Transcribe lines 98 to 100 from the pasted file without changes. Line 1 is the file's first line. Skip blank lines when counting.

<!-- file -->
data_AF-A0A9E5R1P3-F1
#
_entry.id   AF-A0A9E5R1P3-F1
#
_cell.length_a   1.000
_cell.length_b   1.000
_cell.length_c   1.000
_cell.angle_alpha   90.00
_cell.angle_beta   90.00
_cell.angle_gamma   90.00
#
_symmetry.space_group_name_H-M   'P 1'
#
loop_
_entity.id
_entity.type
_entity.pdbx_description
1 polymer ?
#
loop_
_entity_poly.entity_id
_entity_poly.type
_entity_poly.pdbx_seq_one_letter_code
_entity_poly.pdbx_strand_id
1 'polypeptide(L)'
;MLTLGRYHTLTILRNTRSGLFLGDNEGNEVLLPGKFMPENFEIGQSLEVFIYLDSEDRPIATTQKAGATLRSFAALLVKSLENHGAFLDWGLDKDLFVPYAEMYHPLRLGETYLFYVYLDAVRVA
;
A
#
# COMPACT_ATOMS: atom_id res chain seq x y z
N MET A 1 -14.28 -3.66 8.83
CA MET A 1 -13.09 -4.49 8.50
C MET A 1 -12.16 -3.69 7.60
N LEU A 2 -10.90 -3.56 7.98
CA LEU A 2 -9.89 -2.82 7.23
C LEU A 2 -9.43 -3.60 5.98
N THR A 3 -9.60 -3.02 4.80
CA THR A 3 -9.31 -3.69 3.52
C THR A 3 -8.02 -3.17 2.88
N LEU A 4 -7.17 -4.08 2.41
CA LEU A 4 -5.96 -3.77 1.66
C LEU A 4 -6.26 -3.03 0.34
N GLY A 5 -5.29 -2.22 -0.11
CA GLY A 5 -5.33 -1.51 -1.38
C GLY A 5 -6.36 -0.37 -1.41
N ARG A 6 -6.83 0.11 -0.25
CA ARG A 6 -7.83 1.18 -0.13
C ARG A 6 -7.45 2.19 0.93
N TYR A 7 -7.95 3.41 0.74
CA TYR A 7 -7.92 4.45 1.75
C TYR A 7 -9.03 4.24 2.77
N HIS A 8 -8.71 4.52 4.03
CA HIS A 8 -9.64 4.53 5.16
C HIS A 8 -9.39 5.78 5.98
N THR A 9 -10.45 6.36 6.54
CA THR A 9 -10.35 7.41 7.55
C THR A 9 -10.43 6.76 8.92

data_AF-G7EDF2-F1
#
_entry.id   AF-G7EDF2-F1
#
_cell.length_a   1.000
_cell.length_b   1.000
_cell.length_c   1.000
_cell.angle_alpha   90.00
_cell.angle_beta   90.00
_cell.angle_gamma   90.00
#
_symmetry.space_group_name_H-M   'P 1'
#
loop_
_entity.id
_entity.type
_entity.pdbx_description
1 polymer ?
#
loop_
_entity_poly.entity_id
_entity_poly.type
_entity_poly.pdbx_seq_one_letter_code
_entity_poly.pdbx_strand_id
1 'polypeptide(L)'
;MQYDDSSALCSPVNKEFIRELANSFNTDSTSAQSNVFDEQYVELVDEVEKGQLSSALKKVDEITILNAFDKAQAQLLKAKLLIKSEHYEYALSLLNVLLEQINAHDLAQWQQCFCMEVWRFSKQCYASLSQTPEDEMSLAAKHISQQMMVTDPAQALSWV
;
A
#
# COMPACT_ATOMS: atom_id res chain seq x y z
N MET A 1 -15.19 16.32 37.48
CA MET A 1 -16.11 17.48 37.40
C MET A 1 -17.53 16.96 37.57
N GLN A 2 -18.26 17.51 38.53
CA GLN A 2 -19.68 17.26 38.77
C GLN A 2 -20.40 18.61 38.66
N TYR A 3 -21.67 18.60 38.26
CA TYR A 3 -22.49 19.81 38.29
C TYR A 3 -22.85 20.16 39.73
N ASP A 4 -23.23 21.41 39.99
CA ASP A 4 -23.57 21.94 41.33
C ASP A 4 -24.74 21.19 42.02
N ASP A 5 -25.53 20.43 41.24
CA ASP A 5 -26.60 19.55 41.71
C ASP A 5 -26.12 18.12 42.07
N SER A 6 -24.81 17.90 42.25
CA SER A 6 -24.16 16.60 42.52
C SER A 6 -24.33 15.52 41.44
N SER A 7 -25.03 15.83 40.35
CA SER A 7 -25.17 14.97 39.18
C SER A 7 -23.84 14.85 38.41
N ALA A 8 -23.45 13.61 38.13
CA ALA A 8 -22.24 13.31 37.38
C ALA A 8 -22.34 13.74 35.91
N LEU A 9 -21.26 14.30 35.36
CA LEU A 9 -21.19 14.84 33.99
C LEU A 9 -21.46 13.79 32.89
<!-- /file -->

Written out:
CA ASP A 4 -23.57 21.94 41.33
C ASP A 4 -24.74 21.19 42.02
N ASP A 5 -25.53 20.43 41.24